Golden Dreams: California in an Age of Abundance, 1950-1963 (Americans and the California Dream)
Oxford University Press, 2009
564 pp., $34.95
Reviewed by Preston Jones
A California State of Mind
Wine country inhabitants, among others, will note that it's unfair to speak of California as a single entity. Within the state itself, L.A. is the model of urban disaster—the thing not to be. This started fairly early. Starr writes that in the decades after World War II, San Diegans wanted to avoid "Los Angelesization." But for all the loathing heaved on L.A., its manners have become the ways of the state generally. "San Diegans did not want their city to be like Los Angeles," Starr notes, "but between 1950 and 1970 the metropolitan region grew from 99 to 307 square miles, as a virtually uninterrupted urban area extended from the Mexican border to Camp Pendleton and from the coast as far inland as Escondido." The sprawl never stopped; news reports have told us about the hardness of life for people who work in San Diego and live in Hemet, about 85 miles away. And for all of Sonoma County's deep Democratic blueness, sprawl and traffic are appalling there, too, as anyone trapped on roads between Rohnert Park and Santa Rosa at rush hour will acknowledge.
So California becomes the stuff of dystopian literature, such as Marc Reisner's posthumously published A Dangerous Place: California's Unsettling Fate (2003), a weird little book that, among other things, imagines the San Francisco area in the immediate aftermath of the Big One that everyone who transits the Bay and Golden Gate Bridges contemplates. ("What if it hits right now … ") Near the end, Reisner summarizes his point:
Fate, whimsy, ignorance, sheer will—any number of things conspire to put a city where it is. Once it's there and it's big enough, it's there forever. But if it's in an earthquake zone, as populous as California is … as populous as Japan is, even more so … you've created a civilization that becomes drastically expensive to maintain.
"Give California nationhood," Reisner continues. "Saw it off from the rest of the United States. That's what they might be thinking in Oneonta, New York, where blizzards are the worst things to come around."
It wasn't always so. Empires coveted California. The British and Russians made faltering claims that couldn't be acted on. The Spaniards did act and held the ground till Mexico extracted its independence. Within less than three decades the Americans took the turf, and thus ended what Starr seems to see as an idyllic era.
Of course, Americans first went to California in large numbers for gold, a mass migration that has been the subject of many works. H.W. Brands tells the story engagingly in The Age of Gold: The California Gold Rush and the New American Dream (2002): Indian tribes, then Spaniards, then Mexicans, and then the manifestly-destined Americans who, with the help of Australians, Irish, and Chinese, made San Francisco a rollicking, boundary-pushing place. Brands sees that California has always been a melting pot of melting pots.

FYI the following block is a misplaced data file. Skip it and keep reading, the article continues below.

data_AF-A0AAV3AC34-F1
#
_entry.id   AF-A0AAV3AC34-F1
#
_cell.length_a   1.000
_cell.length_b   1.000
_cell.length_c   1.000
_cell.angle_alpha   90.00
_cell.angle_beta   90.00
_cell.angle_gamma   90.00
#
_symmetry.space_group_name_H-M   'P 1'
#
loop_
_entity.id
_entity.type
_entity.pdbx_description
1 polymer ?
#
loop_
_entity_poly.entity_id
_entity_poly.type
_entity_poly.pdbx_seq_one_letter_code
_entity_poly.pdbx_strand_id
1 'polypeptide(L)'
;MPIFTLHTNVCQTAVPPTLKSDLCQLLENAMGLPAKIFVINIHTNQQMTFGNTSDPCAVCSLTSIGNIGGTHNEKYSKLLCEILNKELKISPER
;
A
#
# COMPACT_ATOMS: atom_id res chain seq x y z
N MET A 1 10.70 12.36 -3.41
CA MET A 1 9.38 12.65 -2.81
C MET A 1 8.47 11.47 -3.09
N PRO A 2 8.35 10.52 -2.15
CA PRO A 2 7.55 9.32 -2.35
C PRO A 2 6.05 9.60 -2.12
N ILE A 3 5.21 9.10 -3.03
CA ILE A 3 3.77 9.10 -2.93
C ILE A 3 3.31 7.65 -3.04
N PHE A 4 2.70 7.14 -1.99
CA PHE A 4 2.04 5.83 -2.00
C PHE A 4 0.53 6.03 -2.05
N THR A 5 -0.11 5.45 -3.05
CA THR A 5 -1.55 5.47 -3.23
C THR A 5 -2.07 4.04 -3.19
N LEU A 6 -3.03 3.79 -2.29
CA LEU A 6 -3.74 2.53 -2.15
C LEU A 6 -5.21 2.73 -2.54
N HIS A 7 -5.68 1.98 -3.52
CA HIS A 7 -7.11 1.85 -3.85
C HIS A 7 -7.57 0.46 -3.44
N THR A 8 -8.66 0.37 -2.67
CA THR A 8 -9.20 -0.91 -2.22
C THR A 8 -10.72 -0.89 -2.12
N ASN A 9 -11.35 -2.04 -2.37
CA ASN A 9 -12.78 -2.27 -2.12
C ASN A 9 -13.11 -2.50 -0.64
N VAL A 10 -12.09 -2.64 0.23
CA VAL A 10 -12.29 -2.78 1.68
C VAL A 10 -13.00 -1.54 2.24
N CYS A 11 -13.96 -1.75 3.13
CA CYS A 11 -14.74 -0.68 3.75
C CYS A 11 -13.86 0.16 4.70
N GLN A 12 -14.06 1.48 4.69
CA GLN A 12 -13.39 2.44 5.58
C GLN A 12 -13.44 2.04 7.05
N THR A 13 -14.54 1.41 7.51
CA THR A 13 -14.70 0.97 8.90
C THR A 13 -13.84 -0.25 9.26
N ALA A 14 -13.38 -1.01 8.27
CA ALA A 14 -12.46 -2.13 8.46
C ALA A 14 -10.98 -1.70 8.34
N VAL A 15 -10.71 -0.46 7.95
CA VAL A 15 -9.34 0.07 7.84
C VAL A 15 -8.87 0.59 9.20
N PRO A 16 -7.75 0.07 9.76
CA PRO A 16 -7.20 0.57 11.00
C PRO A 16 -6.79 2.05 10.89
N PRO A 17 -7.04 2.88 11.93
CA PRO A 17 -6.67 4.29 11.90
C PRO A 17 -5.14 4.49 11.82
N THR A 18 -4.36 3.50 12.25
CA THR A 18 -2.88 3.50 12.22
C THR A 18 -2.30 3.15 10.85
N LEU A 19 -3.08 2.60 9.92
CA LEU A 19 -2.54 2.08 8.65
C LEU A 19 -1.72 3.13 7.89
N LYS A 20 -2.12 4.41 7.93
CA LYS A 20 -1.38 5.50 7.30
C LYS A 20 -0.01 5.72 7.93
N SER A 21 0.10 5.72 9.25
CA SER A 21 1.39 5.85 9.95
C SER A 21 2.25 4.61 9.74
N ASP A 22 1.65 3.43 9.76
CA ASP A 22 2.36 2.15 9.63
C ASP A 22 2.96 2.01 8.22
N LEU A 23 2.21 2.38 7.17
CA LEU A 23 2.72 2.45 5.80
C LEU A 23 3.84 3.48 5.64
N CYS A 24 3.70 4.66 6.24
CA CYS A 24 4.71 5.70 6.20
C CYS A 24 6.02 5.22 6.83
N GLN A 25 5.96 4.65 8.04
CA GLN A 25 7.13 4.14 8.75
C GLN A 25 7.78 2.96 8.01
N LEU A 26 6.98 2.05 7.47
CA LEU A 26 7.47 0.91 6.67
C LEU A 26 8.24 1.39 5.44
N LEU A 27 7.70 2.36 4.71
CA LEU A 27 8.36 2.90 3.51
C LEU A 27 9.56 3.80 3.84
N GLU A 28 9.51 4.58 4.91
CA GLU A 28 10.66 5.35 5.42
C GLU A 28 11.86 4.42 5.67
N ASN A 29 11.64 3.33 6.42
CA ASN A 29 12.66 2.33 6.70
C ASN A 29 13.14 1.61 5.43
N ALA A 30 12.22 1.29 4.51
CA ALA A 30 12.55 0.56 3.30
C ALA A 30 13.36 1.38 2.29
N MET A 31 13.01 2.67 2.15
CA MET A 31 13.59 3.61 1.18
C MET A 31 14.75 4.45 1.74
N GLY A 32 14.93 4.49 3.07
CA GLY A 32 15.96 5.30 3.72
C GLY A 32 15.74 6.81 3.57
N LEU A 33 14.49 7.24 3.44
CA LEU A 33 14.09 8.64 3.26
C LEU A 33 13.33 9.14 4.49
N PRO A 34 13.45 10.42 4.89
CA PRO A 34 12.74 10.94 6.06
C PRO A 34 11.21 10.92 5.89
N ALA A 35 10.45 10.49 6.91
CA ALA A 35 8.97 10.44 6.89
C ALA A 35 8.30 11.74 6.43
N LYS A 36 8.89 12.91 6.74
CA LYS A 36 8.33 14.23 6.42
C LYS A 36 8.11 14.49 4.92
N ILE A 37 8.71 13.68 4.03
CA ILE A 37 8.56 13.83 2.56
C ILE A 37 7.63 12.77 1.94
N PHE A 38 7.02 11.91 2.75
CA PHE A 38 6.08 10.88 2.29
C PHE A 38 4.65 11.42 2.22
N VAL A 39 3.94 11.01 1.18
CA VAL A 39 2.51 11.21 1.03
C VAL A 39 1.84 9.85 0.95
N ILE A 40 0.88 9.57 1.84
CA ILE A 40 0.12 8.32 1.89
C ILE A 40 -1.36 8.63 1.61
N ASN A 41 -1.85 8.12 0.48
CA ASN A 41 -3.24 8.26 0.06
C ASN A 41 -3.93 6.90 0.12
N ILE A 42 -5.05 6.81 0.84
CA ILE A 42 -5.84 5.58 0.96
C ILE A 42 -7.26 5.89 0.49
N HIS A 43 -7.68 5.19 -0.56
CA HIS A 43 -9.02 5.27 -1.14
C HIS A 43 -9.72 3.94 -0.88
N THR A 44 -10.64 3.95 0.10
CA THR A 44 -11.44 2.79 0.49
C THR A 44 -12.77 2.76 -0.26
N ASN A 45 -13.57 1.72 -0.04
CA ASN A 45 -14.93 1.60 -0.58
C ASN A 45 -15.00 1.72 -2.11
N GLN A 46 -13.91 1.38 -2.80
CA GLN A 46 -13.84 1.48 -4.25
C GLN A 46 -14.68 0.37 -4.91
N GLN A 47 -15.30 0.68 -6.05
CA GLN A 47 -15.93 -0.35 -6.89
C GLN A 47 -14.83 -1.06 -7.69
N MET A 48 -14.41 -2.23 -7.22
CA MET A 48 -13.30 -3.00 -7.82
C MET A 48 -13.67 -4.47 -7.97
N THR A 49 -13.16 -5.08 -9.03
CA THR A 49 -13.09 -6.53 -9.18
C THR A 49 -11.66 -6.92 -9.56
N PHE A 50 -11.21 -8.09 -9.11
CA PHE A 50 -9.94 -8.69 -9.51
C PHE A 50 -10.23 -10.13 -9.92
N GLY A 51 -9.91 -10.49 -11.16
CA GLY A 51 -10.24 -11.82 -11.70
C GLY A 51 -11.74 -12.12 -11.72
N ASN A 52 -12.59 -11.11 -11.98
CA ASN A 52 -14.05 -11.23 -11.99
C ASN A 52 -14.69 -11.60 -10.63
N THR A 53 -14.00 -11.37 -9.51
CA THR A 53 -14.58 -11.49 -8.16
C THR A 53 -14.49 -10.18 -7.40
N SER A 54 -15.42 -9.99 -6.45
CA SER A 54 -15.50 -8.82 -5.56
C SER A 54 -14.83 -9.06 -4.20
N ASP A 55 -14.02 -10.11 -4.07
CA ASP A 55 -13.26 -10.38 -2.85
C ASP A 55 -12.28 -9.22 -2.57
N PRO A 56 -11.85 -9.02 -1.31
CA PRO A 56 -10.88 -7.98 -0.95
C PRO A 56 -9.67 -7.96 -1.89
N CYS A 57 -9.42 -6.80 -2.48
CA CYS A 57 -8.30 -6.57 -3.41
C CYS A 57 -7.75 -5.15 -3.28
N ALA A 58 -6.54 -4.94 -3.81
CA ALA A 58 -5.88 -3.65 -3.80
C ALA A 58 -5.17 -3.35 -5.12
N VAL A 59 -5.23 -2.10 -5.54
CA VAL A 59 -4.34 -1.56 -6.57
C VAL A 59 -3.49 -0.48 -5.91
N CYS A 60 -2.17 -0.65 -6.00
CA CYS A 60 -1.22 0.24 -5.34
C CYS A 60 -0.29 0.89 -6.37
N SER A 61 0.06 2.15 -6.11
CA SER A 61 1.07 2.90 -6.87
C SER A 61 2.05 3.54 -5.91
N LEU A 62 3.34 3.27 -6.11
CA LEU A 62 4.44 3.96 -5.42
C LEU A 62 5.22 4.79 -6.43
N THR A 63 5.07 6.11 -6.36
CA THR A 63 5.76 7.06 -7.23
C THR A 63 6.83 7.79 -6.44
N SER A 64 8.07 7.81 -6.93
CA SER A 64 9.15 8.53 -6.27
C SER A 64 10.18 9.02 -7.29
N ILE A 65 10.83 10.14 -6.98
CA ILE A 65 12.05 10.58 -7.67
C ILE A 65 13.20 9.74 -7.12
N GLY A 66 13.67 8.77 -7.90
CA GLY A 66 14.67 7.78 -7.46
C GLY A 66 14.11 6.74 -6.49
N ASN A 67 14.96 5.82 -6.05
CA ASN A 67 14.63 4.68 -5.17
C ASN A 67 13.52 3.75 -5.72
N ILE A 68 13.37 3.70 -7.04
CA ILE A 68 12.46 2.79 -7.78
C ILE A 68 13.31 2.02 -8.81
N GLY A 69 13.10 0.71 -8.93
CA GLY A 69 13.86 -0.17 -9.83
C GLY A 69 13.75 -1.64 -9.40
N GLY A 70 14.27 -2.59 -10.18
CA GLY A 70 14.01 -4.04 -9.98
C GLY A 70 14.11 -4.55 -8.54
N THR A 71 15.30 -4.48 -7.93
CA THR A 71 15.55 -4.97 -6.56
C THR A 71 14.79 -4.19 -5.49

Brand comments on some of the many things that made early American California significant:
The Industrial Revolution had begun in America before [the gold rush], but the new wealth of the new West accelerated the revolution. The gold of California … poured liquidity east, lubricating the gears of the nation's industrial machinery (and in the process underwriting the Union's victory in the Civil War). More important, California demanded, and received, a transcontinental railroad.
What would America be without California? Brand tells us that it's where Levi Strauss first sold the "distinctive canvas pants" that now enrobe everybody. Starr tells us that California's where McDonald's began. Obviously, California hosts Hollywood and all that means. From what I gather, the waves of Hawaii are better (or bigger) than the Golden State's, but the quintessential American surfer is Californian. The L.A. Lakers are the stuff of basketball epic. And distinctive California ways of speaking have, like, done way so much to shape casual American speech. (Much less known is the endearing though now all but gone slang dialect Boontling, once spoken in Mendocino County.)
California is important simply because nearly one in eight Americans lives there. California has more than 50 members in the House of Representatives. (Texas has about 20 fewer.) By itself, California's economy is the eighth largest in the world. Americans who feel that they'd rather live in a country without California are in a position a little like Canadians who, fed up with Quebec's nationalism, would be glad to see the French province go. But if Quebec really were to go, Canada itself would be radically altered. Canada—its history and ways of being—is intimately tied to troublesome Quebec.